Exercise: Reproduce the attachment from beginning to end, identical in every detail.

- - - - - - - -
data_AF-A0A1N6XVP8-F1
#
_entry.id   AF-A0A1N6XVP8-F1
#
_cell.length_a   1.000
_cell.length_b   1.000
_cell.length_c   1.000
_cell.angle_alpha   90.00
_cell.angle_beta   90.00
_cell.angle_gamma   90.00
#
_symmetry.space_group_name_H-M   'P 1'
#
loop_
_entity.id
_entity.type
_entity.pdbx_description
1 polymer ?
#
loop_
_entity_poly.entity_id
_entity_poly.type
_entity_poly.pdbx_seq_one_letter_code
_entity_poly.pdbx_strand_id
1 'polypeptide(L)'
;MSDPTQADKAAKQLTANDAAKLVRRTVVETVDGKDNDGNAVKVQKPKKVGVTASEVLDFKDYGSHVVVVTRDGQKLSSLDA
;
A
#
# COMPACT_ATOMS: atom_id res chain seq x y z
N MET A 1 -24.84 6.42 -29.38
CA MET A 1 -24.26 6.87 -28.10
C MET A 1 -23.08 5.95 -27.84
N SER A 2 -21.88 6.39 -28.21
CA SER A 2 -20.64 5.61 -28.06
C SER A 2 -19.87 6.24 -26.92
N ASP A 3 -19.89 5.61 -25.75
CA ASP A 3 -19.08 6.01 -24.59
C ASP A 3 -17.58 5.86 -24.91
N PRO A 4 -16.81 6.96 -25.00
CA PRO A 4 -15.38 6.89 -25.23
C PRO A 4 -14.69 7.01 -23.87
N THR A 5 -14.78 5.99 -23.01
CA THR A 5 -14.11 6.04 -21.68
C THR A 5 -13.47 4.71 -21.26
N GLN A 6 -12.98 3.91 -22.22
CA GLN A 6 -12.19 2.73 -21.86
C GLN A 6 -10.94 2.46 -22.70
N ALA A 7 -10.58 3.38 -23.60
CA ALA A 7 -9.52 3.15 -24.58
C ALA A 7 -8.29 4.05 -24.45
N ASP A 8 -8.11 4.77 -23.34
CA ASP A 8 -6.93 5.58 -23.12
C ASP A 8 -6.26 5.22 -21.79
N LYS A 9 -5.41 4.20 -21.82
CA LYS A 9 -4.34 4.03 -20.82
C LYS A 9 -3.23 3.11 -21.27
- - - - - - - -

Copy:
data_AF-A0A1N6XVP8-F1
#
_entry.id   AF-A0A1N6XVP8-F1
#
_cell.length_a   1.000
_cell.length_b   1.000
_cell.length_c   1.000
_cell.angle_alpha   90.00
_cell.angle_beta   90.00
_cell.angle_gamma   90.00
#
_symmetry.space_group_name_H-M   'P 1'
#
loop_
_entity.id
_entity.type
_entity.pdbx_description
1 polymer ?
#
loop_
_entity_poly.entity_id
_entity_poly.type
_entity_poly.pdbx_seq_one_letter_code
_entity_poly.pdbx_strand_id
1 'polypeptide(L)'
;MSDPTQADKAAKQLTANDAAKLVRRTVVETVDGKDNDGNAVKVQKPKKVGVTASEVLDFKDYGSHVVVVTRDGQKLSSLDA
;
A
#
# COMPACT_ATOMS: atom_id res chain seq x y z
N MET A 1 -24.84 6.42 -29.38
CA MET A 1 -24.26 6.87 -28.10
C MET A 1 -23.08 5.95 -27.84
N SER A 2 -21.88 6.39 -28.21
CA SER A 2 -20.64 5.61 -28.06
C SER A 2 -19.87 6.24 -26.92
N ASP A 3 -19.89 5.61 -25.75
CA ASP A 3 -19.08 6.01 -24.59
C ASP A 3 -17.58 5.86 -24.91
N PRO A 4 -16.81 6.96 -25.00
CA PRO A 4 -15.38 6.89 -25.23
C PRO A 4 -14.69 7.01 -23.87
N THR A 5 -14.78 5.99 -23.01
CA THR A 5 -14.11 6.04 -21.68
C THR A 5 -13.47 4.71 -21.26
N GLN A 6 -12.98 3.91 -22.22
CA GLN A 6 -12.19 2.73 -21.86
C GLN A 6 -10.94 2.46 -22.70
N ALA A 7 -10.58 3.38 -23.60
CA ALA A 7 -9.52 3.15 -24.58
C ALA A 7 -8.29 4.05 -24.45
N ASP A 8 -8.11 4.77 -23.34
CA ASP A 8 -6.93 5.58 -23.12
C ASP A 8 -6.26 5.22 -21.79
N LYS A 9 -5.41 4.20 -21.82
CA LYS A 9 -4.34 4.03 -20.82
C LYS A 9 -3.23 3.11 -21.27